Ordinary language is all right.
One could divide humanity into two classes:
those who master a metaphor, and those who hold by a formula.
Those with a bent for both are too few, they do not comprise a class.
I forgot about the Clipse record on my list. Unfortunately it's too late to return the jackets.
I have been, to my excitement, making a great deal of headway in A Thousand Plateaus. So I had thought to periodically follow up (however lamely) some of Deleuze and Guattari's ten million sources by posting the appropriate links here. But today, I can do nothing more than quote this remarkable sentence from page 377 (still in the 'Treatise on Nomadology'). I submit it for your careful contemplation today.
'Thought is like the Vampire; it has no image, either to constitute a model of or to copy.'
I have already begun shopping for a tweed jacket and a leather jacket so that I can dress in the style befitting my elevated musical tastes. And also ruin two perfectly good jackets.
These are the records I have listened to in the past short week. (I think people should adapt historians' terms like 'short century' and 'long century' for everyday use.)
The Freewheelin' Bob Dylan
Glenn Gould - J.S. Bach - Goldberg Variations (1955)
Herbert - Around the House
Takacs Quartet - Bela Bartok - String Quartets 5 and 6
Miles Davis - In a Silent Way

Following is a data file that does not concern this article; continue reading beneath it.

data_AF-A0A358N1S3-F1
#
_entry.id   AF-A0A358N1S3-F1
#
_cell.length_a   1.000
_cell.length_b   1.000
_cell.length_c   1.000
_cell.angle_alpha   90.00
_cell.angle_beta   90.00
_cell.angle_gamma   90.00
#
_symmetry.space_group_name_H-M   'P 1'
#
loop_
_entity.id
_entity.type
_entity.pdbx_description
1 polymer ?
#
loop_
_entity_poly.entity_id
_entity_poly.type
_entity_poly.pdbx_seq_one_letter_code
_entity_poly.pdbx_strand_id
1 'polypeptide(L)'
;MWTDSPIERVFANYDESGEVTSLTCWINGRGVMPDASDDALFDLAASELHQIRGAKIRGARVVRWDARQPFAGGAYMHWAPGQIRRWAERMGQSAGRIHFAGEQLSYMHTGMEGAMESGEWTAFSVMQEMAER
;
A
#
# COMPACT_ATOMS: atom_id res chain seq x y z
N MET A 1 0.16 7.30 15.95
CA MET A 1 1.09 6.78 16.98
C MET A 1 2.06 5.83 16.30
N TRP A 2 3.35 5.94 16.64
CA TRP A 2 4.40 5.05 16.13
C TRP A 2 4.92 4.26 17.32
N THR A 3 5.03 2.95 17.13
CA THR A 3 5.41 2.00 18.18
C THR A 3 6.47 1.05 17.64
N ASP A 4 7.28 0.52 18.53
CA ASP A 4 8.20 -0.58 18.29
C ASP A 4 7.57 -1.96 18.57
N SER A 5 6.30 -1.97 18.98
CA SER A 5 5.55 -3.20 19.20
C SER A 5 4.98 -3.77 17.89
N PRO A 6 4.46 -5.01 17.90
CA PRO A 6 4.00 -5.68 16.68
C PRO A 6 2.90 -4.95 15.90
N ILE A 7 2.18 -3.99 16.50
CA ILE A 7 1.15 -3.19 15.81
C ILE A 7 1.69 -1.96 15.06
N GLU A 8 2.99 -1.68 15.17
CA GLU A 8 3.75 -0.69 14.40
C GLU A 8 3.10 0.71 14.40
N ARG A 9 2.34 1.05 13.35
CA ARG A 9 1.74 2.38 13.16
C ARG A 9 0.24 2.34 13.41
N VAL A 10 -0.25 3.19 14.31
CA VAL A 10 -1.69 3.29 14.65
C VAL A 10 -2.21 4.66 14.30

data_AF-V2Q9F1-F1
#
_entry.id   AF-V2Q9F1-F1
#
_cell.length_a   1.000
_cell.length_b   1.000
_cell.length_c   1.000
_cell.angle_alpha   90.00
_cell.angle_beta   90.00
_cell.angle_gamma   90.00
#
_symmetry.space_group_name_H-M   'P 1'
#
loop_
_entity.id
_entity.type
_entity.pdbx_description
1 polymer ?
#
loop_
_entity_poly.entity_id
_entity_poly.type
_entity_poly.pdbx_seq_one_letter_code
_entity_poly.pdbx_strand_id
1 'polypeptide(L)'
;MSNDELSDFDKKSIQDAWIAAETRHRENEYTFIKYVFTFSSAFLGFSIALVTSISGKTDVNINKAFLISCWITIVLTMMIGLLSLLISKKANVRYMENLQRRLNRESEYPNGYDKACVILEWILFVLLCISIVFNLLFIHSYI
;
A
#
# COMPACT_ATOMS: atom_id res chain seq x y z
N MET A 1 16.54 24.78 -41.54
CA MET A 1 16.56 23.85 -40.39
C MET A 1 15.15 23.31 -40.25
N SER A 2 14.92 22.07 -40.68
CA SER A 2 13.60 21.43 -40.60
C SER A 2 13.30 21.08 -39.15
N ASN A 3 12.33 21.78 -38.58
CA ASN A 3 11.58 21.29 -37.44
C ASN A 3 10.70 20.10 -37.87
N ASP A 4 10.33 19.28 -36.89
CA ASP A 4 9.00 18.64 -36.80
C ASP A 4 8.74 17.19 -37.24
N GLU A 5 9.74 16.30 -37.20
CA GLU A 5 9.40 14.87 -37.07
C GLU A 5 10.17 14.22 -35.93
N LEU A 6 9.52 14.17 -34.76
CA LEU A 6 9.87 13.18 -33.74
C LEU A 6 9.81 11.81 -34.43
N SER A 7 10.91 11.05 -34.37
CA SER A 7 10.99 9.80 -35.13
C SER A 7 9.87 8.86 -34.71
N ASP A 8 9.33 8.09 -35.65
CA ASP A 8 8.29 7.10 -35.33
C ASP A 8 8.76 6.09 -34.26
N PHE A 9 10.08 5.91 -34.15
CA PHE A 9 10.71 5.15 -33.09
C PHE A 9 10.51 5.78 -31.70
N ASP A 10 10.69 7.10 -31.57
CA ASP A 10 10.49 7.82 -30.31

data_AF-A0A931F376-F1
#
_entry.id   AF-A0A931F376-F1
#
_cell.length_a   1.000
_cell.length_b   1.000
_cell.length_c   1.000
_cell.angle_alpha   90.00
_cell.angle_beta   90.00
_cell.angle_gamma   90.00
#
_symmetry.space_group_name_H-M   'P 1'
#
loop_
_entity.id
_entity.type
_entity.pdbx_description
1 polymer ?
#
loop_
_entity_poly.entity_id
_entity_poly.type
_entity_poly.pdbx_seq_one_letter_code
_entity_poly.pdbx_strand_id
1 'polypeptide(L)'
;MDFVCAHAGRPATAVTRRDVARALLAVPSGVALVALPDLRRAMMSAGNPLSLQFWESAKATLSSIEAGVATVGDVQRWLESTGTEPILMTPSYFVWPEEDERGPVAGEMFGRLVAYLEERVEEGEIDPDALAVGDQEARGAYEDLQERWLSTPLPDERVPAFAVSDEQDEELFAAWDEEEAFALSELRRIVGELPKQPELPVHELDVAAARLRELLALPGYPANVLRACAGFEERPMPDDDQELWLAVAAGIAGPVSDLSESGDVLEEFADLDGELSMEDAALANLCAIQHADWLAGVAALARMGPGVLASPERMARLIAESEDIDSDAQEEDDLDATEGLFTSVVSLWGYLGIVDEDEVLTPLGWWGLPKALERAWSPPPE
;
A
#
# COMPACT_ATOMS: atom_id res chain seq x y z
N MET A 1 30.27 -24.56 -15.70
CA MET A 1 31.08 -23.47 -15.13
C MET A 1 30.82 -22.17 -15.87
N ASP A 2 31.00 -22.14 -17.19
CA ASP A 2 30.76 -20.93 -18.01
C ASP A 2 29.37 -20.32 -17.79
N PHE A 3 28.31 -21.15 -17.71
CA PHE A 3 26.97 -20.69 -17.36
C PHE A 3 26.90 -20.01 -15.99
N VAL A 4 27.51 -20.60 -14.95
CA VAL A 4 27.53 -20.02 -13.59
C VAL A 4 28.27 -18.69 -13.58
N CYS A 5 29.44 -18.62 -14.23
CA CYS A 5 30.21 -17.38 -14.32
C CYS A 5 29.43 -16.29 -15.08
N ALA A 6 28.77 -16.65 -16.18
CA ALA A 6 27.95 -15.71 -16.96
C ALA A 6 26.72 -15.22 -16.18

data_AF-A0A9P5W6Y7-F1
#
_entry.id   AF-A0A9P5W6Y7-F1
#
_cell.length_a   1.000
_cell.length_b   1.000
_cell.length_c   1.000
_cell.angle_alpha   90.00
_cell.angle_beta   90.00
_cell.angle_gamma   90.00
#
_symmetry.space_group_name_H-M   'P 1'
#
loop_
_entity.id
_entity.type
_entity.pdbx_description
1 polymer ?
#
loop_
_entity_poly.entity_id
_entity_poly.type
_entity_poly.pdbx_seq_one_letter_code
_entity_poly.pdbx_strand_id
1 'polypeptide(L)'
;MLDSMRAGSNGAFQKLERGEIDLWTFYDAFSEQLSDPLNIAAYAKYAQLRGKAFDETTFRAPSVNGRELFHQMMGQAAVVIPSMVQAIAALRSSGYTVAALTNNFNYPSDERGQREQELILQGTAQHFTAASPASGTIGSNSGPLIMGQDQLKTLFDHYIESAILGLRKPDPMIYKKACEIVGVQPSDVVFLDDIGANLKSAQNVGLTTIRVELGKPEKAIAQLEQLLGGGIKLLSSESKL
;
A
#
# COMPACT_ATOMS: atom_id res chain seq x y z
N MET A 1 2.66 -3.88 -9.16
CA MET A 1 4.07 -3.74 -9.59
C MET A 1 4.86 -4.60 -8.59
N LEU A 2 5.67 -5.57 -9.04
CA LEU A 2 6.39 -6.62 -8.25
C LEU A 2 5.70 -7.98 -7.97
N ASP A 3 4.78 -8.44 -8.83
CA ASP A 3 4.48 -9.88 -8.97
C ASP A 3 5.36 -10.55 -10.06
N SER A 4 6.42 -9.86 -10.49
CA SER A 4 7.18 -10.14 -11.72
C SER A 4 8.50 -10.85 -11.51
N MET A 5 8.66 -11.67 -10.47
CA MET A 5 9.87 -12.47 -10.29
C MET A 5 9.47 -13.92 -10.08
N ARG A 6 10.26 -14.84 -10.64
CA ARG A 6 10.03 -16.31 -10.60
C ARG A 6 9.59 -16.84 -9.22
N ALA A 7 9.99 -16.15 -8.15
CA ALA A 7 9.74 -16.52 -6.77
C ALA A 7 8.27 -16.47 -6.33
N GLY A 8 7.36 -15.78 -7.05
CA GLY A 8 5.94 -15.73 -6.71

Thelonious Monk - Live at the Jazz Workshop
John Fahey - Death Chants, Breakdowns and Military Waltzes
If not for a handful of others I could truthfully say that these are the only records I've listened to for more than a long week or two.
And also foul.
Is every classical music performer ever except Glenn Gould a big fucking pussy? Wait, don't answer that.
My, so belligerent this week.
And I am well aware that the way I noted the instruments is standard. And yet.
I wanted to mention Monk's late sixties quartet in a paper I'm writing, but as noted below I am avoiding, like, filler. But I acknowledge that I should probably include some. So I was proud to have written:
'This aphorism of Thelonious Monk's takes on special significance in light of his later recordings, especially those of the quartet with Charlie Rouse (ts), Larry Gales (b), and Ben Riley (d).'
Yet somehow I feel like anything less than a big dumb ugly sentence or paragraph full of context-setting information will be regarded as unacceptable. Mark called something I asked him about - a place where I was being snotty about someone else's argument - a 'mastery move', and now I see them all over the place. I think the coded instrument names are a kind of mastery move. Or at least an exclusionary move. There shouldn't be a problem with them - I can't write without excluding some people, especially when it comes down to contingent exclusions based on knowledge - but in this paper, at least as I've got it in my head so far, I'm going to be testing those limits much further. I'm allowed to act as if Kraftwerk is common knowledge, right? And a million jazz records? And 'NY State of Mind'? All in the same paper? I know how footnotes should work and how they can be abused, but I hate footnotes. And anyway they would be cheap.
My constant excuse to myself - pre-emptive excuse in response to my pre-emptive mental failure to live up to imaginary standards - in the past few months has been: I am writing about popular music here; if you aren't familiar with these canonical artifacts then that's your problem, not mine. Yes, I know that this is likely a serious attitude problem when 'you' is my professor.
I mean, seriously, it's like that phrase I quoted somewhere a couple of years ago, from an academic source: 'The Beatles, a popular British rock music group'.
Mock indignation is so cute, isn't it?